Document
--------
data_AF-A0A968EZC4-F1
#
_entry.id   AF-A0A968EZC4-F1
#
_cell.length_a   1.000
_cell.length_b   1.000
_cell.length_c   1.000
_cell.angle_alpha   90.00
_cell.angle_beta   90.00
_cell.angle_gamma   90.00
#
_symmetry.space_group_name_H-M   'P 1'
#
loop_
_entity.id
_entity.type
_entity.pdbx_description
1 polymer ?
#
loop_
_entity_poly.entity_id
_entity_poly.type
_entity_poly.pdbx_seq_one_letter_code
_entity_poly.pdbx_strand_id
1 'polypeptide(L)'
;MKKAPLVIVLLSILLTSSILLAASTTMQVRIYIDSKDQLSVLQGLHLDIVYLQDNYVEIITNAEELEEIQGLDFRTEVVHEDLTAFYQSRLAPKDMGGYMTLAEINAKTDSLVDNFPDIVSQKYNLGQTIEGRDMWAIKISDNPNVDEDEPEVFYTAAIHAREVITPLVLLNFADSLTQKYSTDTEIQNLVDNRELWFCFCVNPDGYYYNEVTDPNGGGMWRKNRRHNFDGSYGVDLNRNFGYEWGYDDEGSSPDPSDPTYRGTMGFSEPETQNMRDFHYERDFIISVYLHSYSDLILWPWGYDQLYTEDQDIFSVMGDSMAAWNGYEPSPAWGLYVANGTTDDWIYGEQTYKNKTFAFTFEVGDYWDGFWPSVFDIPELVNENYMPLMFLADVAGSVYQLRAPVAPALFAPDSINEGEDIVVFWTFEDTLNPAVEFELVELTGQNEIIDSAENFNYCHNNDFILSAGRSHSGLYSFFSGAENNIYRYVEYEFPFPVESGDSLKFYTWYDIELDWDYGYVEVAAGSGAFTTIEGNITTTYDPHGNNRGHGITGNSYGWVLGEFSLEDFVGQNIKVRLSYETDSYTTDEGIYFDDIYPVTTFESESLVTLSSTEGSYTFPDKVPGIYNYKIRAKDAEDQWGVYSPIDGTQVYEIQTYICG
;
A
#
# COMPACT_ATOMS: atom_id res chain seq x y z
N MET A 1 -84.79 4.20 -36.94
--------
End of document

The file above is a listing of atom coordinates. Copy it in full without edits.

data_AF-A0A968EZC4-F1
#
_entry.id   AF-A0A968EZC4-F1
#
_cell.length_a   1.000
_cell.length_b   1.000
_cell.length_c   1.000
_cell.angle_alpha   90.00
_cell.angle_beta   90.00
_cell.angle_gamma   90.00
#
_symmetry.space_group_name_H-M   'P 1'
#
loop_
_entity.id
_entity.type
_entity.pdbx_description
1 polymer ?
#
loop_
_entity_poly.entity_id
_entity_poly.type
_entity_poly.pdbx_seq_one_letter_code
_entity_poly.pdbx_strand_id
1 'polypeptide(L)'
;MKKAPLVIVLLSILLTSSILLAASTTMQVRIYIDSKDQLSVLQGLHLDIVYLQDNYVEIITNAEELEEIQGLDFRTEVVHEDLTAFYQSRLAPKDMGGYMTLAEINAKTDSLVDNFPDIVSQKYNLGQTIEGRDMWAIKISDNPNVDEDEPEVFYTAAIHAREVITPLVLLNFADSLTQKYSTDTEIQNLVDNRELWFCFCVNPDGYYYNEVTDPNGGGMWRKNRRHNFDGSYGVDLNRNFGYEWGYDDEGSSPDPSDPTYRGTMGFSEPETQNMRDFHYERDFIISVYLHSYSDLILWPWGYDQLYTEDQDIFSVMGDSMAAWNGYEPSPAWGLYVANGTTDDWIYGEQTYKNKTFAFTFEVGDYWDGFWPSVFDIPELVNENYMPLMFLADVAGSVYQLRAPVAPALFAPDSINEGEDIVVFWTFEDTLNPAVEFELVELTGQNEIIDSAENFNYCHNNDFILSAGRSHSGLYSFFSGAENNIYRYVEYEFPFPVESGDSLKFYTWYDIELDWDYGYVEVAAGSGAFTTIEGNITTTYDPHGNNRGHGITGNSYGWVLGEFSLEDFVGQNIKVRLSYETDSYTTDEGIYFDDIYPVTTFESESLVTLSSTEGSYTFPDKVPGIYNYKIRAKDAEDQWGVYSPIDGTQVYEIQTYICG
;
A
#
# COMPACT_ATOMS: atom_id res chain seq x y z
N MET A 1 -84.79 4.20 -36.94